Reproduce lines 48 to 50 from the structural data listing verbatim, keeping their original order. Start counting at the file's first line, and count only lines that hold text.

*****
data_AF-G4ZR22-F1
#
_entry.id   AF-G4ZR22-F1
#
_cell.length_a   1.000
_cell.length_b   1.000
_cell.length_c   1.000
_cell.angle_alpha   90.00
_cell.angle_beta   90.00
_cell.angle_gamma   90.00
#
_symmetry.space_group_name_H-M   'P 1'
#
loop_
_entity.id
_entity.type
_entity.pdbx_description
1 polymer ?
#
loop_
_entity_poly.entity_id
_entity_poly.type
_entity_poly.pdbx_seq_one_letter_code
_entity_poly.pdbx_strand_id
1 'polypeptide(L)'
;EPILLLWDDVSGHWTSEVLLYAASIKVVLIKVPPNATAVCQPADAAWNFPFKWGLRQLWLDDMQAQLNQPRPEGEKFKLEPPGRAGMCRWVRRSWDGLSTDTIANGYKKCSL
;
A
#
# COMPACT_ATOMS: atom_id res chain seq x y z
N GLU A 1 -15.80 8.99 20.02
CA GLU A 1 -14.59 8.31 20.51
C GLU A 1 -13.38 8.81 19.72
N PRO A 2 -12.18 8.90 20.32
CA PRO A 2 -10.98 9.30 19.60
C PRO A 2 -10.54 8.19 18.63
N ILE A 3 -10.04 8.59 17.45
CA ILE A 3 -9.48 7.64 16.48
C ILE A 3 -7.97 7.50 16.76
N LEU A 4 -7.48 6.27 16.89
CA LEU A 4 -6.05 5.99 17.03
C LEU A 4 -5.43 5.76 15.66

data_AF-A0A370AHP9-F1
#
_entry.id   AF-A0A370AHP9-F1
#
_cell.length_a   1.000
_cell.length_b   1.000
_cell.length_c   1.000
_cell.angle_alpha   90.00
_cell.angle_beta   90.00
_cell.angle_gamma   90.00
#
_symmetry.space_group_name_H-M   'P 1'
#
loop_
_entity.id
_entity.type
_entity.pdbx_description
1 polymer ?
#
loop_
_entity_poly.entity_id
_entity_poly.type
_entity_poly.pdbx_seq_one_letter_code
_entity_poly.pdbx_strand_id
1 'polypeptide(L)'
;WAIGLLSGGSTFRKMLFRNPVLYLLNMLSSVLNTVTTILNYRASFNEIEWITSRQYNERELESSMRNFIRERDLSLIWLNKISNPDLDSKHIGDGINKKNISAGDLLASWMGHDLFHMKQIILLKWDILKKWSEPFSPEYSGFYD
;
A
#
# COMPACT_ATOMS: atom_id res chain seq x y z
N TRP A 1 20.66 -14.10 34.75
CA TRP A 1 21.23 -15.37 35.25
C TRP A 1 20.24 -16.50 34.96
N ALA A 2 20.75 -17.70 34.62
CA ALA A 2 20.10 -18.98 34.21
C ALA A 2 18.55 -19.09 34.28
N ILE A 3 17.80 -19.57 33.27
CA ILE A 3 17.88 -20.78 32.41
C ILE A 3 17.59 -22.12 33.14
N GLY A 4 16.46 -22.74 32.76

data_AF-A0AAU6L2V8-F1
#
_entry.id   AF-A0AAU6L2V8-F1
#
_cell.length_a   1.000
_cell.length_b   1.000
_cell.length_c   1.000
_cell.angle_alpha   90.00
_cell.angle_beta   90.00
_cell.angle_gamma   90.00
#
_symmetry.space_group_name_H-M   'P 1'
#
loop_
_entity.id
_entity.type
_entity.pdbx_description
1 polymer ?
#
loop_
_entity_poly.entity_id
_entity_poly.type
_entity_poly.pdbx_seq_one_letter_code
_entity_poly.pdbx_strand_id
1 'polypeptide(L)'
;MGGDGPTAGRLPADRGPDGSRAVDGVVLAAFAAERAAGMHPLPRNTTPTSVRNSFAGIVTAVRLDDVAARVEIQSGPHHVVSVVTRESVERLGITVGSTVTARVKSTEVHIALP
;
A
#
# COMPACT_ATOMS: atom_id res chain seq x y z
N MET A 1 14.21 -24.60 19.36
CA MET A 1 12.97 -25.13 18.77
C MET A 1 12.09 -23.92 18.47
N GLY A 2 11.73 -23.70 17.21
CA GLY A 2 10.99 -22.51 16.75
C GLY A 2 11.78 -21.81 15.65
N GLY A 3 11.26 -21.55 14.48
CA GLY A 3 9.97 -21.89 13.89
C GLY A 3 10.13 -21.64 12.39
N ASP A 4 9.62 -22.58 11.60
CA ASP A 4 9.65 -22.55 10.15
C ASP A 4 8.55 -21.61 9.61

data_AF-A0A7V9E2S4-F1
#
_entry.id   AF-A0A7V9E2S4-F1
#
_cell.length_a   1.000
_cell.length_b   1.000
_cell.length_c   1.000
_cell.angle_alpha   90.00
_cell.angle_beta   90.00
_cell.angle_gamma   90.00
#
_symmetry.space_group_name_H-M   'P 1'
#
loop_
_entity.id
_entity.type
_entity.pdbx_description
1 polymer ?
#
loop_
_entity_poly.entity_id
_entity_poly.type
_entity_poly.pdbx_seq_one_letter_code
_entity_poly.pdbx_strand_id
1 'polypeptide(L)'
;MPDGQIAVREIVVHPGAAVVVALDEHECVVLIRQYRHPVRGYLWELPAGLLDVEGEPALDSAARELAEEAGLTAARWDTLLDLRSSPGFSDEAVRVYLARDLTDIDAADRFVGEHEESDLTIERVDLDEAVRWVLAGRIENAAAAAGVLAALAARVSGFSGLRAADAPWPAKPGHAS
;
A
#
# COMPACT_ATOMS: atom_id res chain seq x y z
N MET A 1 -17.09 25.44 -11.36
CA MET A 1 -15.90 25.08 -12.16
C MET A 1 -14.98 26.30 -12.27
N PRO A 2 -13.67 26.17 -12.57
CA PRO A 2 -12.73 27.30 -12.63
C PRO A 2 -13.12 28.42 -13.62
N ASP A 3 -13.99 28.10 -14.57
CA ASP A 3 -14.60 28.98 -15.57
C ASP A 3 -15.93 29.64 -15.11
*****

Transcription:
_cell.length_b   1.000
_cell.length_c   1.000
_cell.angle_alpha   90.00